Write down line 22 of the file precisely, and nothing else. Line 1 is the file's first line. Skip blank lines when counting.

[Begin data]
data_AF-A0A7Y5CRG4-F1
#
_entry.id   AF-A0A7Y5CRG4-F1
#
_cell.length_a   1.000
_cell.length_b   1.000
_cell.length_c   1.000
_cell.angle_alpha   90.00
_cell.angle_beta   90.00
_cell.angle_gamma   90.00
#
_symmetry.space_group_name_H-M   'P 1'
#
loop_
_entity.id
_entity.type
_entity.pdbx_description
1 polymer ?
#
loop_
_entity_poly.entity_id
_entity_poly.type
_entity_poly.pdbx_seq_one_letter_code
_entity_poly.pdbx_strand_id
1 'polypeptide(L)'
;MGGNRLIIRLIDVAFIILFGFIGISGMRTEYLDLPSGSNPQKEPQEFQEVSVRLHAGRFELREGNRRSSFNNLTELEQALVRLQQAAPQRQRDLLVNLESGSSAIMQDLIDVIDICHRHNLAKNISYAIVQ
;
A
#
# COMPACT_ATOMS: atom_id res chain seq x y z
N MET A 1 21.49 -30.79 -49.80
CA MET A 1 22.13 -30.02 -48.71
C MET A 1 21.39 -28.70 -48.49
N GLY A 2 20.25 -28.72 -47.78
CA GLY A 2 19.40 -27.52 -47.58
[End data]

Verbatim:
_entity_poly.type